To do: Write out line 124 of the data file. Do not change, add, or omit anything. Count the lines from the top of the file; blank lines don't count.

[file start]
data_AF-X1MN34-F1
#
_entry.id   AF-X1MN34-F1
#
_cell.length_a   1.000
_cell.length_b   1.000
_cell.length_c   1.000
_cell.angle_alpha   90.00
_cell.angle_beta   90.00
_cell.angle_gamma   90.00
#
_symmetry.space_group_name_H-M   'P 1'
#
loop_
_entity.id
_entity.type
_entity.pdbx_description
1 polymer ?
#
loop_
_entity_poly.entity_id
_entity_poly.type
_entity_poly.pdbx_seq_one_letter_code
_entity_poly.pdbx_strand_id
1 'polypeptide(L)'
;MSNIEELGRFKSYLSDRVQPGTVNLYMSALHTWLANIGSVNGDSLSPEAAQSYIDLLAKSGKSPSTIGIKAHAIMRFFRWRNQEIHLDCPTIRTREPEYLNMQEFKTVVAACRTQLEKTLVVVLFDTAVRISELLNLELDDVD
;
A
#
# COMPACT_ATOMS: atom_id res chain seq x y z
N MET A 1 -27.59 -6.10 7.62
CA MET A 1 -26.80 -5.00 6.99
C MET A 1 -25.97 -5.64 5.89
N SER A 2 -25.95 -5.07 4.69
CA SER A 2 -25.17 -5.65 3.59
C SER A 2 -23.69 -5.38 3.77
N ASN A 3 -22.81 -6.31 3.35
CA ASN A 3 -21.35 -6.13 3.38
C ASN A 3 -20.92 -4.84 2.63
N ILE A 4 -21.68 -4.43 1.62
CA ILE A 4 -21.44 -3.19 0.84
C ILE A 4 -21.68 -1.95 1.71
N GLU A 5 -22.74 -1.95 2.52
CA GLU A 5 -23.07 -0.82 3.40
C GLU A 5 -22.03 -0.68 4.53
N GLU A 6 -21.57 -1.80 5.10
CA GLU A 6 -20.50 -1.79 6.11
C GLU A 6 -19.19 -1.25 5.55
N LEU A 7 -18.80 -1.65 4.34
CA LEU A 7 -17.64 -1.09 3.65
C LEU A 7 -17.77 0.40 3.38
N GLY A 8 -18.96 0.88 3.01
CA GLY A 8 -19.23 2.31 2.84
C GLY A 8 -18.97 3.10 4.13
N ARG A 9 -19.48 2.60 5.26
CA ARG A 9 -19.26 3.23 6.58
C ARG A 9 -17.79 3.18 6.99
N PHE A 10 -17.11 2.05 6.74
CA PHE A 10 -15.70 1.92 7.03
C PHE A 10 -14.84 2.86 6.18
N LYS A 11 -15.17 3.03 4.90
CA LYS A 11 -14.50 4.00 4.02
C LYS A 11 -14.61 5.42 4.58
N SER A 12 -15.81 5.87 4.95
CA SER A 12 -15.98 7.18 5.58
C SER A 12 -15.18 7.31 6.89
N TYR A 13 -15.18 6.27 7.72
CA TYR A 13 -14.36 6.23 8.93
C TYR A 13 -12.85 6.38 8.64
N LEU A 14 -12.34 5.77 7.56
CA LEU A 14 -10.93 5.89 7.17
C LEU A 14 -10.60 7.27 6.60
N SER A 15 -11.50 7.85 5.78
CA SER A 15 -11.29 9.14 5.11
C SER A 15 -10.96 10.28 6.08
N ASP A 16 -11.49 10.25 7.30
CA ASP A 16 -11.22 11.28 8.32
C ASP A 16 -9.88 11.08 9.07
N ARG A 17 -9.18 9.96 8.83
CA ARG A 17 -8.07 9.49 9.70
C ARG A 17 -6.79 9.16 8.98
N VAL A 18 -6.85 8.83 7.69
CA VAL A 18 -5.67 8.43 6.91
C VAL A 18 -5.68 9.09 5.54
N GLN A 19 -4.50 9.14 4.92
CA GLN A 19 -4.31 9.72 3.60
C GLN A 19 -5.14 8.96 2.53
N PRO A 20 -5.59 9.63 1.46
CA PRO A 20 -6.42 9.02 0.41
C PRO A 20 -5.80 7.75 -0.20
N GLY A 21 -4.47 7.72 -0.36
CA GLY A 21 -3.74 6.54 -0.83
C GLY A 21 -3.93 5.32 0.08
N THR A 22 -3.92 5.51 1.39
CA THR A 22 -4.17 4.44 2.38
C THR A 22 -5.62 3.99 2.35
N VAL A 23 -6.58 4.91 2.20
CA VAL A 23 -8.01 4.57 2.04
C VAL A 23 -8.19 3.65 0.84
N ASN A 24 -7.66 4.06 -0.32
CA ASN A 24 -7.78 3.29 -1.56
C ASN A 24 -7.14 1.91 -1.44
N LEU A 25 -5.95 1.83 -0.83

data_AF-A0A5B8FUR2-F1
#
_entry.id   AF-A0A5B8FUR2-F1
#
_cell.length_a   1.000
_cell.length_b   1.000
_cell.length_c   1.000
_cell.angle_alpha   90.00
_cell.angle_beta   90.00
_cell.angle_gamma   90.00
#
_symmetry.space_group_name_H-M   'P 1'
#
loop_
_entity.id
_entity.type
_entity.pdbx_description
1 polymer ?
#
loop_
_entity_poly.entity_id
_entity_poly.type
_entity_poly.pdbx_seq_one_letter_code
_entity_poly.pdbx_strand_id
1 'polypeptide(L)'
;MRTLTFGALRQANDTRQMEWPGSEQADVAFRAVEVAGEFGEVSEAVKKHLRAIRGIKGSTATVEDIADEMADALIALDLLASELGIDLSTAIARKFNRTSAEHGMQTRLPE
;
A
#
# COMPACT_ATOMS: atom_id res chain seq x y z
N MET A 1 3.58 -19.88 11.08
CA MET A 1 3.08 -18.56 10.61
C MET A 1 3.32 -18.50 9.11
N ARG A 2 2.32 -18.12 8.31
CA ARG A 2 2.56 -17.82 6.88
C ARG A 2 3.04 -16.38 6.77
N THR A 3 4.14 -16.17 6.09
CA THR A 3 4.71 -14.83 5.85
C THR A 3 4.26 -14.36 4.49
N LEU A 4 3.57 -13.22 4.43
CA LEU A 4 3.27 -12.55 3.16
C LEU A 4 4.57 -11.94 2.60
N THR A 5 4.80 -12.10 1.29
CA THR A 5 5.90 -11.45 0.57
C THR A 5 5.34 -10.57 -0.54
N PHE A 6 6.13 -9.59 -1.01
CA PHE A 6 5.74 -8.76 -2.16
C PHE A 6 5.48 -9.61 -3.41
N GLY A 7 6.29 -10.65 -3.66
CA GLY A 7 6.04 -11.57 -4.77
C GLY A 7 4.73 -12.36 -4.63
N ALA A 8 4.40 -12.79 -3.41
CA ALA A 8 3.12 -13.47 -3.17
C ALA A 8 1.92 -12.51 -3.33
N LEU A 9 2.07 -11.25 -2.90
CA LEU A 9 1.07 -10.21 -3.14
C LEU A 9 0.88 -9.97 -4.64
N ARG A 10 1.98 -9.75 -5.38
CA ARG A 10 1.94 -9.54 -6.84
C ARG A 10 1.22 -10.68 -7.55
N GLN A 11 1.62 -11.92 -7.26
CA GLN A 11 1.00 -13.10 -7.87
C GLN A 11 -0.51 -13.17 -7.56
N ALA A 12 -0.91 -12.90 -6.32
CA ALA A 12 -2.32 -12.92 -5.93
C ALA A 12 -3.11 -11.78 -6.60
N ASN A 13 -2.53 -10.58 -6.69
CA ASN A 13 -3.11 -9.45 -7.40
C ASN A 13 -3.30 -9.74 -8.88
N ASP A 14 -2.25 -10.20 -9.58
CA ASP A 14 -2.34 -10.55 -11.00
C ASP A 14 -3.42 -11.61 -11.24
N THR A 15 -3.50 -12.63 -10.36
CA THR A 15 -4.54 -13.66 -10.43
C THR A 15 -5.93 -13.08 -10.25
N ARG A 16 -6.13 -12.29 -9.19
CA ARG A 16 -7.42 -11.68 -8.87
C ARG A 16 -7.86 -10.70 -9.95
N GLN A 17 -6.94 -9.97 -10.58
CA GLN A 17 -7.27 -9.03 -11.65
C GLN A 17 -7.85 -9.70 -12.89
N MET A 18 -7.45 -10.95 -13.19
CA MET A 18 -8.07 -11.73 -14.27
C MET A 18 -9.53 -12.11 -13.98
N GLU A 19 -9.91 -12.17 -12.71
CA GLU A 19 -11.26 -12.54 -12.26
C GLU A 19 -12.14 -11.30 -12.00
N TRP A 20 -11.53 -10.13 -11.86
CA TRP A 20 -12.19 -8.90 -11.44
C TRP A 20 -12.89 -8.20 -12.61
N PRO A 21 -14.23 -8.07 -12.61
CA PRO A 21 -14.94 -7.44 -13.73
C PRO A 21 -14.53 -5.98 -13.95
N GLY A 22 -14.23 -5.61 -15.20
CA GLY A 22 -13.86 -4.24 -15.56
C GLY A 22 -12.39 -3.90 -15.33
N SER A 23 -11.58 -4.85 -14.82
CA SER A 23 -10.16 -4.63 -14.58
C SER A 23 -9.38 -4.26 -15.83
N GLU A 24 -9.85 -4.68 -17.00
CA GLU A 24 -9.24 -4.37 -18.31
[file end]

_entity_poly.entity_id